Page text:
The Clean Power Plan and Early Action by States to Reduce Carbon Pollution

(This post originally appeared on Resources for the Future’s Expert Forum on EPA’s Clean Power Plan, on October 24, 2014)

Should EPA credit early action taken by states to reduce carbon emissions? If so, how?

Under the Clean Power Plan, the United States will finally have Clean Air Act standards to address carbon pollution from existing power plants. During the long wait for these standards, a diverse group of states and companies have acted, leading the way in reducing carbon pollution. They have done so by deploying renewable energy, harvesting demand-side energy efficiency, and by shifting utilization away from high-emitting and toward lower-emitting power plants.

State and private sector leadership in addressing pollution is something that should be recognized and supported. Action at the federal level to address climate-destabilizing pollution is lagging perilously far behind the scope and pace of action that scientists tell us is necessary to mitigate harmful climate impacts and reduce the risk of catastrophic climate change. For these reasons, we have long supported the recognition of early action in the context of the Clean Power Plan. Yet the question of how to do so is complex.

Under Section 111(d), EPA identifies the “best system of emission reduction” available to address dangerous air pollution from stationary sources, and sets emissions performance targets achievable using that best system. This framework—like other frameworks under the Clean Air Act—looks at existing pollution problems and how they can be addressed going forward. It does not provide for an assessment of past emissions reductions by those sources (or that state).

Of course, under the Clean Power Plan, states and companies that have already transitioned toward lower-carbon and zero-carbon energy and energy efficiency are closer to the full deployment of the best system of emissions reduction than others—and EPA should consider clarifying that states that go beyond their targets under the Clean Power Plan would receive credit for those actions under future updating of the carbon pollution standards for power plants.

The years between 2012 and 2020 present a distinct quandary. EPA uses 2012 data on power sector infrastructure in assessing the potential for emissions reductions to be secured under the best system during the 2020 to 2029 compliance period. Crediting emissions reductions secured between 2012 and 2020 would encourage states and companies to act earlier, moving emissions reductions forward in time. All else being equal, earlier action to reduce emissions is certainly better than later action. But the potential to reduce carbon pollution during 2012 to 2020 was not taken into account in setting the state targets. As such, giving compliance credit to those actions taken during this time that would have happened regardless of the Clean Power Plan—take, for example, renewable energy deployed under a renewable energy standard in a state strongly committed to clean energy—would create a bank of compliance credits. Those banked credits would be used by that state during the compliance period in the place of other, beyond business-as-usual actions to reduce emissions—and the overall emissions reductions achieved by the Clean Power Plan would be reduced by the same amount.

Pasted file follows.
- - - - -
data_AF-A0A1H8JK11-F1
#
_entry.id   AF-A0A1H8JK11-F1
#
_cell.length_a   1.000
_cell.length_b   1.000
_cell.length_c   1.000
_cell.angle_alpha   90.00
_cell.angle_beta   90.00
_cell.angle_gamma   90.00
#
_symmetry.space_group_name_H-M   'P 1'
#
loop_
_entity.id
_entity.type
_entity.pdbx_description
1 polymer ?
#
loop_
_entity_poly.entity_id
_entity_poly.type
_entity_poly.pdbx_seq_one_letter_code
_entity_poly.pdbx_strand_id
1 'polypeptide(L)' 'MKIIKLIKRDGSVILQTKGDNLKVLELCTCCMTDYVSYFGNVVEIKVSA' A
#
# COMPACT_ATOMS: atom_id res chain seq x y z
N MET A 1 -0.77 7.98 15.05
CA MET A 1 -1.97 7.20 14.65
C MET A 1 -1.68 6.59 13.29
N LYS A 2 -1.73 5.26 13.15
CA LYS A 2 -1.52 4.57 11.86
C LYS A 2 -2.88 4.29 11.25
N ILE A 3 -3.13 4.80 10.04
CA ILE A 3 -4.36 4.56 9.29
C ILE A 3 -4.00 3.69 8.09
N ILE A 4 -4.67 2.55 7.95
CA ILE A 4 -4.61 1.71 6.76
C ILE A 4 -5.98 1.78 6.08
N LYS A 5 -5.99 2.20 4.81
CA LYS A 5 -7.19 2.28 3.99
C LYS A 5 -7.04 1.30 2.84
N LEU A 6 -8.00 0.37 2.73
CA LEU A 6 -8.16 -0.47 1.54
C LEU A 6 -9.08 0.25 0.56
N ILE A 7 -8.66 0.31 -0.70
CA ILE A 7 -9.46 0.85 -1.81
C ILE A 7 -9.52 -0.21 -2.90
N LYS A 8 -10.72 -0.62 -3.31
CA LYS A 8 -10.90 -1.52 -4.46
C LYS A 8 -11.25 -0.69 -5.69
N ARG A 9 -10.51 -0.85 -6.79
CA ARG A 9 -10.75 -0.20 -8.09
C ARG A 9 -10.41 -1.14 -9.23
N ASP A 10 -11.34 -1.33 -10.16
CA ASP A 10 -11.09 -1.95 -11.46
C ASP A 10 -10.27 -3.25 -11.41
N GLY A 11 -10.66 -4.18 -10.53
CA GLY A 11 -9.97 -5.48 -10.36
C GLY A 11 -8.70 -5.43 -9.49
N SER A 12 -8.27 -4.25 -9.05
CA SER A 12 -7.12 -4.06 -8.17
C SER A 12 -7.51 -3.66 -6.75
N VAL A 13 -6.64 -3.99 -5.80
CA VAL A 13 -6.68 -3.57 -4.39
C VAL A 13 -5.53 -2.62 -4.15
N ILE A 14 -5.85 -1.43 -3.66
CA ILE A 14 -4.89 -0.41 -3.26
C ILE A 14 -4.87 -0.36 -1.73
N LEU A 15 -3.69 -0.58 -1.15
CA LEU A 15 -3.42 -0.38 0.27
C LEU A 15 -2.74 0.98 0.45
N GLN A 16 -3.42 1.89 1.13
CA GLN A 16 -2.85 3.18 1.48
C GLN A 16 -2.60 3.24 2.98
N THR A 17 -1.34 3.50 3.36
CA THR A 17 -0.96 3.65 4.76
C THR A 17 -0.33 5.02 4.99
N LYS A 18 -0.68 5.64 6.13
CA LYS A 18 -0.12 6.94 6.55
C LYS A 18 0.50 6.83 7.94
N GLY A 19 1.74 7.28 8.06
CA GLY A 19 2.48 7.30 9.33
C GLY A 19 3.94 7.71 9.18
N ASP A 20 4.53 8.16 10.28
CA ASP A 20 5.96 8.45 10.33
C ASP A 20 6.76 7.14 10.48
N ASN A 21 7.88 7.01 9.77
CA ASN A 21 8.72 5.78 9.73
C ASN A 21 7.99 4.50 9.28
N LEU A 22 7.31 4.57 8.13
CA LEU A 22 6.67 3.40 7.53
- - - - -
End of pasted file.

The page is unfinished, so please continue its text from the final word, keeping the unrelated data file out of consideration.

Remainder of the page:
There are, of course, highly compelling reasons to begin to take action now to reduce carbon pollution. States and companies can take advantage of the five years between the finalization of the standards and the beginning of the compliance period to gradually build out renewable generation and build up energy efficiency programs so that these resources are ready to deliver carbon reductions. The reductions in co-pollutants that will result will help states deliver cleaner air for their citizens and meet other clean air standards. Companies can develop business models built on a foundation of clean energy and efficiency, and investments in cleaner energy and efficiency will create jobs. Improvements in energy efficiency will cut utility bills for homes and businesses, and spending those savings in their communities will stimulate the local economy. These are simply common sense actions, with tremendous co-benefits—and the existence of an initial compliance date for the long-awaited carbon pollution standards does not alter that common sense.

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